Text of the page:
Endometriosis occurs in some women when the cells that normally line the inside of the uterus (endometrial cells) are found in other parts of the body. These cells are typically found in areas around the uterus in the pelvic organs—the ovaries, fallopian tubes and the lining of the abdomen (peritoneum), but they can be found in other parts of the body such as the bowel and/or bladder. Since they are the same type of cells that are usually just on the inside of the uterus, they respond to estrogen and grow a little each month and sometimes bleed slightly. The small amount of growth and bleeding each month causes endometriosis. Women who have endometriosis may experience significant endometriosis symptoms including pain, infertility or both. It is unclear, however, why many women may have no endometriosis symptoms at all and find out they have endometriosis because they develop a cyst on their ovary or they have surgery for another reason.
There is a wide range of endometriosis symptoms. Usually these symptoms occur at regular times that are often before, during or after monthly periods.
Endometriosis symptoms may include:
- Painful menstrual cramps
- Pelvic pain can radiate to the back, down the legs or into the vagina or rectum.
- Bloating, constipation and/or diarrhoea
- Pain with urination
- Pain with a bowel movement
- Pain during or after sexual intercourse
An experienced gynaecologist may suspect endometriosis based on a woman’s symptoms and the findings during a pelvic exam. Currently, the only way to diagnose endometriosis is through laparoscopy—a minor surgical procedure that is done under general anaesthesia (while the patient is asleep). Using the laparoscope (which is equipped with a tiny camera on the end), the surgeon can look inside the pelvic cavity and other areas to see if endometrial cells/lesions are present.
There is no cure for endometriosis nor one perfect endometriosis treatment. Most women will need to try many different endometriosis treatments that can include medications, behavioural therapy and surgery. Endometriosis treatment requires trial and error to find the best combination for any one person.
If endometriosis is seen at the time of diagnosis, it is removed by laser (intense light energy) or excision (surgical removal). In general, surgery of this type will lessen pelvic pain associated with endometriosis and will enhance fertility.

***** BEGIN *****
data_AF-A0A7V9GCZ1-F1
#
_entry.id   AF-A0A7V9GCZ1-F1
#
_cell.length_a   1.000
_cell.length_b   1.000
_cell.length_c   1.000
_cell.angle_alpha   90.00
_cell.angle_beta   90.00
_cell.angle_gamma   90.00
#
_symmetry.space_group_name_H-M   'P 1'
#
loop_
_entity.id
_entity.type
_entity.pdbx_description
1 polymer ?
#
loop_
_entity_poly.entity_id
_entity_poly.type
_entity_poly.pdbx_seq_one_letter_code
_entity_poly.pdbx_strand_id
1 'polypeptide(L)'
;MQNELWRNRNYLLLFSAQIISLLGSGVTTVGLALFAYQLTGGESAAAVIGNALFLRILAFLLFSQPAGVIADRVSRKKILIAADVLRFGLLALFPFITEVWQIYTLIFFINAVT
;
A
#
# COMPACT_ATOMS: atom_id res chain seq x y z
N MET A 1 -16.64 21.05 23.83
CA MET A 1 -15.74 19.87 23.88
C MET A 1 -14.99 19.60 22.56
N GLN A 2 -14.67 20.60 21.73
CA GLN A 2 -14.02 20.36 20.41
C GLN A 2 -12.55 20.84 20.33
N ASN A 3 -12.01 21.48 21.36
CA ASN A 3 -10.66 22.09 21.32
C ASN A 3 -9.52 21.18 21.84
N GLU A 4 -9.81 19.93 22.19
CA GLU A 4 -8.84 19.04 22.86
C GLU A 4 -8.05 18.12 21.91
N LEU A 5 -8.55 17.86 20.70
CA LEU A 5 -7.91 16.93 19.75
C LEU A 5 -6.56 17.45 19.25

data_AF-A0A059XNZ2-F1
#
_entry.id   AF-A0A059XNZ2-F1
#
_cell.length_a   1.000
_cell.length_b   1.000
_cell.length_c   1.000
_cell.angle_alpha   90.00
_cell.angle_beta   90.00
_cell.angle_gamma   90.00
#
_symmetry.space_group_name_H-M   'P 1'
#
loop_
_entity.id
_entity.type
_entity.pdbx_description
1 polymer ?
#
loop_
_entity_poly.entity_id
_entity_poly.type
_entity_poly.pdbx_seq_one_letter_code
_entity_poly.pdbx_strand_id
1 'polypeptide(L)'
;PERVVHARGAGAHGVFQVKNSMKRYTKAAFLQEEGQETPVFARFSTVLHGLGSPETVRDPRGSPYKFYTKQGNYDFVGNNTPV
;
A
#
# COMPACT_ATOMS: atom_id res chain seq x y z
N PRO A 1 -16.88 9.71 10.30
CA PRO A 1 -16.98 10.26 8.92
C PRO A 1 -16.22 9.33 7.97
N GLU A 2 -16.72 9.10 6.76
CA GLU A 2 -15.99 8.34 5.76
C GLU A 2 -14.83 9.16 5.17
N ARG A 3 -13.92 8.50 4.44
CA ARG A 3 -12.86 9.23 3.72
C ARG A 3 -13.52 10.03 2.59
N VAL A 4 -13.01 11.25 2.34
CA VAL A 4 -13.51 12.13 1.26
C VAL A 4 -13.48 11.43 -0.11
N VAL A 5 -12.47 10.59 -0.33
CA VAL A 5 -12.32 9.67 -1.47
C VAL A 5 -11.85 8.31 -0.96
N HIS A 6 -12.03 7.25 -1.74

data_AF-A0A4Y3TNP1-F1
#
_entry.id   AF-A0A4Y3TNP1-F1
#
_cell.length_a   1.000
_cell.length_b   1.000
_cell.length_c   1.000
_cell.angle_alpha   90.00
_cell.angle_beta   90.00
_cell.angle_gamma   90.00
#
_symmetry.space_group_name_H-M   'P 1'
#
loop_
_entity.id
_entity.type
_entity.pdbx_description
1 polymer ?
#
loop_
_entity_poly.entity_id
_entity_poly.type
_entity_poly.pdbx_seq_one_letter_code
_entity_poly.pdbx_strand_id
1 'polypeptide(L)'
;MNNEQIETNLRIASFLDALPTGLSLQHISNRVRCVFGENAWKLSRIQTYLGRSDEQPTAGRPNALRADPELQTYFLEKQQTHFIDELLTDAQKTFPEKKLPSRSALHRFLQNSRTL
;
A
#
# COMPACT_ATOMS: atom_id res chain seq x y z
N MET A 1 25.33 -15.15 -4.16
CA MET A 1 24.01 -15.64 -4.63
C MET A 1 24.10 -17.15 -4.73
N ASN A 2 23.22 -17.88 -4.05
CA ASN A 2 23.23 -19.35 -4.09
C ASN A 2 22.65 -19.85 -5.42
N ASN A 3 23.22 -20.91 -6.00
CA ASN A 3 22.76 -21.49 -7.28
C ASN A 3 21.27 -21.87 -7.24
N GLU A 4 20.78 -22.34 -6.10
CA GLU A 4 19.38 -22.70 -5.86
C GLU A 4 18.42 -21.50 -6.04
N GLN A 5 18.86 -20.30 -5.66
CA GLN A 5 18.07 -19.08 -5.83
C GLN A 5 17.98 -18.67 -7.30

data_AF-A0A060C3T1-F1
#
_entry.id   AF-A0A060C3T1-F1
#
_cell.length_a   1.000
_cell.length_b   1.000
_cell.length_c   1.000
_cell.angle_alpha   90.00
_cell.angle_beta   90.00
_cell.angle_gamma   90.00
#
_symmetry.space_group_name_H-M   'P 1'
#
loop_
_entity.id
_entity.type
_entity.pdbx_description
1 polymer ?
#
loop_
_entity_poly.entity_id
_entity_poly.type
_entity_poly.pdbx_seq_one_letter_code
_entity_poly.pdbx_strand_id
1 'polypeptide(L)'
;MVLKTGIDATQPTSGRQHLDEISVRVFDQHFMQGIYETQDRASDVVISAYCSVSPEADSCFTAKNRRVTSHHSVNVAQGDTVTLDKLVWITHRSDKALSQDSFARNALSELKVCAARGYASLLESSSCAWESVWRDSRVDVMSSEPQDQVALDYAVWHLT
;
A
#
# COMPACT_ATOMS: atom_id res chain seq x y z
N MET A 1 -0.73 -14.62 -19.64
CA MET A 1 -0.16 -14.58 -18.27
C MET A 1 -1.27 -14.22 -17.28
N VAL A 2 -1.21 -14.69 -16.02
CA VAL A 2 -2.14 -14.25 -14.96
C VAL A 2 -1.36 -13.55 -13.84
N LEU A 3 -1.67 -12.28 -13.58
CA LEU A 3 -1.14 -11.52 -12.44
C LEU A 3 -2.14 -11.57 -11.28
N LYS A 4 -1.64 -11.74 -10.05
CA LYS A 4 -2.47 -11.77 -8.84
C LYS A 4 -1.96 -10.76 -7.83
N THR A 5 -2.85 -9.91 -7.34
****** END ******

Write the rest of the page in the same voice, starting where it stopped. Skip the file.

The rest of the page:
Often non-steroidal anti-inflammatory drugs such as aspirin, ibuprofen or naproxen are prescribed first for endometriosis treatment. An evaluation at a Pain Treatment Program can often be very helpful to manage pain. Some women find that alternative therapies such as acupuncture, physical therapy or bio-feedback can be helpful.
Other treatment options include hormonal therapies. Birth control pills that contain estrogen and progestins (progesterone hormone) are usually prescribed first. Combinations of estrogen and progestin may also be prescribed as a patch or a ring that is inserted into the vagina. Other options for endometriosis treatment include progestin alone, Gonadotropin-Releasing Hormone Agonists (drugs that lower estrogen)
Not being able to conceive is a common but not a universal problem among all women with endometriosis. Some women will be able to become pregnant without endometriosis treatment. Since all hormonal treatments prevent pregnancy, medical treatments for endometriosis are not used in women who are attempting to conceive.
Treatment options to improve fertility outcomes include:
- Laparoscopic surgery has been shown to improve fertility and thus is considered a treatment of choice for women with endometriosis symptoms who wish to start a family or have more children.
- Intrauterine inseminations (IUI), fertility drugs in the form of pills or injections or in vitro fertilization (IVF). IVF is a procedure in which a woman takes fertility drugs to make multiple eggs. The eggs are removed from her ovaries and then fertilized with her partner’s sperm in the laboratory. The fertilized eggs (embryos) grow in the IVF Lab for 3-5 days until the embryo(s) are ready to be implanted into the uterus.